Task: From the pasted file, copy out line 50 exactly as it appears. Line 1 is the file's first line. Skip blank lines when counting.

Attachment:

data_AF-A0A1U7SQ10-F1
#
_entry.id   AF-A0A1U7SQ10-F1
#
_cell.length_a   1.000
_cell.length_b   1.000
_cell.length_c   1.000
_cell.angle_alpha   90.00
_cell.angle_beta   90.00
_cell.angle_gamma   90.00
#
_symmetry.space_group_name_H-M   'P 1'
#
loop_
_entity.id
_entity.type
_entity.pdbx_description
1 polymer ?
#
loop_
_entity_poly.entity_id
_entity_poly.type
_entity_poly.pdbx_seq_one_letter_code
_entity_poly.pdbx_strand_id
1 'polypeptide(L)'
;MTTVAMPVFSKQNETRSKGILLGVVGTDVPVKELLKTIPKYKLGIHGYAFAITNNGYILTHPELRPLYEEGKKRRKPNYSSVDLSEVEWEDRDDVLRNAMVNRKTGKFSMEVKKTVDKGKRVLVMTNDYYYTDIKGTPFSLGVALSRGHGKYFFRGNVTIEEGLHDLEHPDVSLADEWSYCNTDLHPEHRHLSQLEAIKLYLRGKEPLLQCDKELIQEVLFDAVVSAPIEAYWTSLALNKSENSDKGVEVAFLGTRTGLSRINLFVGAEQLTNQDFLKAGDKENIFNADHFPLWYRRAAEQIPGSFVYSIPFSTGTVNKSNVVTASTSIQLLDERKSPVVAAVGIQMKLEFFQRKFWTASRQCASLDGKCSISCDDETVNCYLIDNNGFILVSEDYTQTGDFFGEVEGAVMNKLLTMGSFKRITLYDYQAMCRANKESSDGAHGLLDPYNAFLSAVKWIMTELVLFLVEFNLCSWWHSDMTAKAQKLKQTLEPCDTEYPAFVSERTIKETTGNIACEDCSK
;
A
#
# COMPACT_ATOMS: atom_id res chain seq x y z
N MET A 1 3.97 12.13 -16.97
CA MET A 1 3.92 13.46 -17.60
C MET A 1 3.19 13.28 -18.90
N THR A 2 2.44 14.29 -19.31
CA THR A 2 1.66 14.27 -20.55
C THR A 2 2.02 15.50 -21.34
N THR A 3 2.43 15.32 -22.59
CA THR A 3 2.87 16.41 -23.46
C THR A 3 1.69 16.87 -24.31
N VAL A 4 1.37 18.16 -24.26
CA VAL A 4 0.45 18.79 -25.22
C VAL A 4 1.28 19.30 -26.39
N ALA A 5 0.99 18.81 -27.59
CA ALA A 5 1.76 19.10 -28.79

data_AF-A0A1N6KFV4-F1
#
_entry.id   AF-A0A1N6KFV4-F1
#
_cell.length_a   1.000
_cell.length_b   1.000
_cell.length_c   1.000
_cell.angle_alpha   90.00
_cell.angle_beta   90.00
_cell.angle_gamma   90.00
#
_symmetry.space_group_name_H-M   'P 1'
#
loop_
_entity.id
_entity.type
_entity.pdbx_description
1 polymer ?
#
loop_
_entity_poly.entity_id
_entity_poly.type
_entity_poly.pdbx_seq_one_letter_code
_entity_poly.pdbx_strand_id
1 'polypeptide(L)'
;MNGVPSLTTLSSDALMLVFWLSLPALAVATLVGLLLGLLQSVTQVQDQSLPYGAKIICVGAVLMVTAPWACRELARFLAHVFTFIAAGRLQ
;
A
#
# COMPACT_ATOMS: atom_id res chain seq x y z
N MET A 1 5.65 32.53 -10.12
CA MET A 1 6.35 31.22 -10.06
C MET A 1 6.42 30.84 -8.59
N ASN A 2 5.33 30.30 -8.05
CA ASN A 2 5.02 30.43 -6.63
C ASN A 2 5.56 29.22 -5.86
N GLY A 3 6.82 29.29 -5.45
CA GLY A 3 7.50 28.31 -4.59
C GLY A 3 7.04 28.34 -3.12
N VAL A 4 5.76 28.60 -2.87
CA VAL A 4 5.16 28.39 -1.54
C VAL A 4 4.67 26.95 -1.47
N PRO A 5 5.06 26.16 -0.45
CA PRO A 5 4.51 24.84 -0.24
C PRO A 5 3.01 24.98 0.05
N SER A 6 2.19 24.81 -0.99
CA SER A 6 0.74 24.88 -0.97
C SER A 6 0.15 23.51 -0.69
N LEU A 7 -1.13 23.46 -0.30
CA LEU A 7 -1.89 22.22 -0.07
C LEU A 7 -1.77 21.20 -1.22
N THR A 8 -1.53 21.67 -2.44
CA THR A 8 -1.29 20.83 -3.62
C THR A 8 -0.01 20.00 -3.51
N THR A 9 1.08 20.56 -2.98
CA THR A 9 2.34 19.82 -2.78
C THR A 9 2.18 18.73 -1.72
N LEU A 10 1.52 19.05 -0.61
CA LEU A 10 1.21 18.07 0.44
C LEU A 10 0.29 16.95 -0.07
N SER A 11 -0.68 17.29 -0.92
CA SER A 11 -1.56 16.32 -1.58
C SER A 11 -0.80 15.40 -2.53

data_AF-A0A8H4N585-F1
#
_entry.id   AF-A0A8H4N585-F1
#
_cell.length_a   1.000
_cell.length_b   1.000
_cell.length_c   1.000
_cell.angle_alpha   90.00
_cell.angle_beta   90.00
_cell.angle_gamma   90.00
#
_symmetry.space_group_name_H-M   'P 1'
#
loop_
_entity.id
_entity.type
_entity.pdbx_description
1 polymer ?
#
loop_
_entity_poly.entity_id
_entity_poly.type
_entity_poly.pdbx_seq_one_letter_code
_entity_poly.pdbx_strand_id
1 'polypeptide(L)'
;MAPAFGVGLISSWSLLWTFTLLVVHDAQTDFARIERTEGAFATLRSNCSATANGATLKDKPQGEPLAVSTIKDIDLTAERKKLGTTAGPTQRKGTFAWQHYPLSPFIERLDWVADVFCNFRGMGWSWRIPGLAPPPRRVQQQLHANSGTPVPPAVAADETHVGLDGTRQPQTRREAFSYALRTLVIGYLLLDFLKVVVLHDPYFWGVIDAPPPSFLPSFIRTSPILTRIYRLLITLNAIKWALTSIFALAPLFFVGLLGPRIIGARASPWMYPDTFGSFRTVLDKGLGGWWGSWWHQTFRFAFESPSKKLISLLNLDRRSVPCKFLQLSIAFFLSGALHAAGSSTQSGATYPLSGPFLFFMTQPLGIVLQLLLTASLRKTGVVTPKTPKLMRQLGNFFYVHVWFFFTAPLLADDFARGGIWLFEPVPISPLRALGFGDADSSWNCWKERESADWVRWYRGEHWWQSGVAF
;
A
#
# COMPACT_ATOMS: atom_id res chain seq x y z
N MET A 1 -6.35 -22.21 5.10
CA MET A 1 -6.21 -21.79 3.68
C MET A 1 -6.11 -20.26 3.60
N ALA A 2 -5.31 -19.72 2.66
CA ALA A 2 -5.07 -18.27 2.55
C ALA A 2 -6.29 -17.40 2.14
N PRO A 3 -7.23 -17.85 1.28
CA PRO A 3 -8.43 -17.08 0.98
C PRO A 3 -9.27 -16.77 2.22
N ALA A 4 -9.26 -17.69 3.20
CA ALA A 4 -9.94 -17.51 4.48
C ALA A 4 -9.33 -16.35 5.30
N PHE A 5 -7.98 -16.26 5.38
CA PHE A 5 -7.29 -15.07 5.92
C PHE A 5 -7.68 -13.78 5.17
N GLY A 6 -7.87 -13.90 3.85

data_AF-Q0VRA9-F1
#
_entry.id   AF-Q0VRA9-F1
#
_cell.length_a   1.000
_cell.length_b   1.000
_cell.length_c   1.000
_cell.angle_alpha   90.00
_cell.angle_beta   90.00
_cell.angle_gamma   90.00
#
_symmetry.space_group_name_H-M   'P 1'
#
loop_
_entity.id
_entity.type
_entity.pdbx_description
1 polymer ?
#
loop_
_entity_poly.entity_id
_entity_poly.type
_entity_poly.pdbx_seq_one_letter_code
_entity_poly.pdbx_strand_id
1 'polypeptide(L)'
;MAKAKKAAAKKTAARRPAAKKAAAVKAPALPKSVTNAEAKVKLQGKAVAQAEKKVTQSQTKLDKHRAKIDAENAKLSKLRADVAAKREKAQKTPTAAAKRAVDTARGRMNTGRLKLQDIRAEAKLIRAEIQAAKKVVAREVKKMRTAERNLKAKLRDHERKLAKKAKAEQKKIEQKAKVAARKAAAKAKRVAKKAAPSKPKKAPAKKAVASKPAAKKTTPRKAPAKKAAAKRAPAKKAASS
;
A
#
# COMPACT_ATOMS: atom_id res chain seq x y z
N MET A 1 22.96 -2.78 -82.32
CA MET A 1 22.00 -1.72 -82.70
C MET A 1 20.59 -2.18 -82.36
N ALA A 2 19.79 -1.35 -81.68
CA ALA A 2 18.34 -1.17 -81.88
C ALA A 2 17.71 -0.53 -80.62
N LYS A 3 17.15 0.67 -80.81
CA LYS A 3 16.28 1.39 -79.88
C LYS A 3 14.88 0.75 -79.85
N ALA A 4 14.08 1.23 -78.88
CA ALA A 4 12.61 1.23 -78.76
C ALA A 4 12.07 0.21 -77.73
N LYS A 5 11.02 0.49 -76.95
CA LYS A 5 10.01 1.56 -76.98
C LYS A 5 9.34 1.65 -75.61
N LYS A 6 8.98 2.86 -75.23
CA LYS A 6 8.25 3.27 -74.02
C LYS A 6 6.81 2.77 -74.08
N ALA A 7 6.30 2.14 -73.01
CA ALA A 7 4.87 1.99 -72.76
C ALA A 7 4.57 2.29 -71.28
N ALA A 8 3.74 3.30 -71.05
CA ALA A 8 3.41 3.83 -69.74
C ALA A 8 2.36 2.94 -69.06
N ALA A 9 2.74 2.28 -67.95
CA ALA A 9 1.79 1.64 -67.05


_cell.length_b   1.000